In the UK, the business has recently reviewed their systems after it was found that a London Uber driver had fake insurance documents approved by the company. In June 2015, Uber responded to the story and stated that the company had ‘backstop’ insurance in place that would cover customers if a driver had an accident without insurance, even though drivers were required to be covered with a private hire licence.

Many critics have noted that better strategies need to be implemented by Uber to ensure that drivers have the appropriate policies and that passengers are safely covered throughout their journey.


  1. Got shunted by an Uber driver yesterday who gave false details at the roadside AND whose license plate doesn’t match anything on the insurance systems. Had to contact the police to try to unravel it, but Uber clearly have next to no professionalism in their drivers at all. I wouldn’t touch them with a barge pole and as they have drivers willing to give false details at the roadside, I hope they are criminally prosecuted. The really worrying thing is, he had a fare in the back; not meant to be on the road, let alone taxi driving and yet collecting fares who trust in their driver.

    • Used Uber in London at the weekend after travelling from Cornwall so all very new to me, halfway to my destination I was suddenly apprehensive so asked the driver if I would be insured in case of accident and he gave me such a convoluted answer he said he was Renting his vehicle and that was insured, he a also had personal insurance and Uber themselves covered his activities!!! Did not feel reassured in the slighted. Will not use again

  2. I personally would never use a uber taxi or anything else that is purported to be supplied by them, they only appear to be responsible for supplying an app, and anything else that should happen ie: accidental injury whilst in one of their third party taxi’s you would not as it appears be covered under any insurance, as their is no control over the third party, ie: the transporter to be covered by the necessary insurance. Before you get into any taxi supplied by Uber, it seems reasonable to ask the driver if he is covered and moreso yourself are covered by the necessary insurance and would have to ask if you could inspect/examine that insurance document before entering he vehicle. If you do not do this, then you have no claim to any liability of the third party, or to Uber. So technically you would be travelling without any cover, to loss or injury, or even death.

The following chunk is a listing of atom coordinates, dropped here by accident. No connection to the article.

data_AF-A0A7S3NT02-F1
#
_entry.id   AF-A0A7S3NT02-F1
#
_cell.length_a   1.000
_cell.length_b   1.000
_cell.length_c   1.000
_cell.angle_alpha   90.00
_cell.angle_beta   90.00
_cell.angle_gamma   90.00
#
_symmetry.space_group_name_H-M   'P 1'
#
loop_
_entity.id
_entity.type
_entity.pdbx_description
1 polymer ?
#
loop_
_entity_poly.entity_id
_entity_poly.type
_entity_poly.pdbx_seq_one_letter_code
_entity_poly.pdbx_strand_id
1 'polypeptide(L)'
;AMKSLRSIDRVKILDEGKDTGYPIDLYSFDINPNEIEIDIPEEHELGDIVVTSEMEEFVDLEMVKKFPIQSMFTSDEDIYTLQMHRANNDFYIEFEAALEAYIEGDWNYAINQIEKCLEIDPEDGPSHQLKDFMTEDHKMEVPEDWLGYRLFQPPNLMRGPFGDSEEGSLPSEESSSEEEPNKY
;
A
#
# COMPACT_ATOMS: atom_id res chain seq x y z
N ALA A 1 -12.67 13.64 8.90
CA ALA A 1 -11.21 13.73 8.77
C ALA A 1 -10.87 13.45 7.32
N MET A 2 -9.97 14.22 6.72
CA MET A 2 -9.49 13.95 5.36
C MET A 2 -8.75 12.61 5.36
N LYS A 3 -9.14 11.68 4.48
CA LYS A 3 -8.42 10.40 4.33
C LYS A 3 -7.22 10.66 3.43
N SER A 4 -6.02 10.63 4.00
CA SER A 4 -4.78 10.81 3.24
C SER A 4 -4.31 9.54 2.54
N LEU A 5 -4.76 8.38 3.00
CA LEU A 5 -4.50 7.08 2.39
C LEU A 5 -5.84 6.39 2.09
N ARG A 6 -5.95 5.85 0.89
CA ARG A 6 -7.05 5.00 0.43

3. Maybe suggest that your daughters pay that little bit extra and get a black cab, Edward, rather than try to save a few quid. Can’t put a price on piece of mind.

  4. Natalie,

    Thanks for the most interesting article. I, as well as my daughters, are users of Uber (in London) and am horrified that there seems to be such a weak control by Uber on their (sub-contracted) drivers potentially leaving passengers having to involve themselves with a driver who may be reluctant to help when an accident occurs. Is there anything I can do to mitigate this risk?

    Perhaps you could push Uber to give more details on their backstop insurance?

    Personally I think Uber should get a global insurance policy for all passenger risks and charge drivers. Not only is there a chance of Uber negotiating better rates, Uber could even make a turn on this ‘added service’.

    • Stop using this unprofessional service, try Addison lee much better and cheaper on the weekends but not compromising quality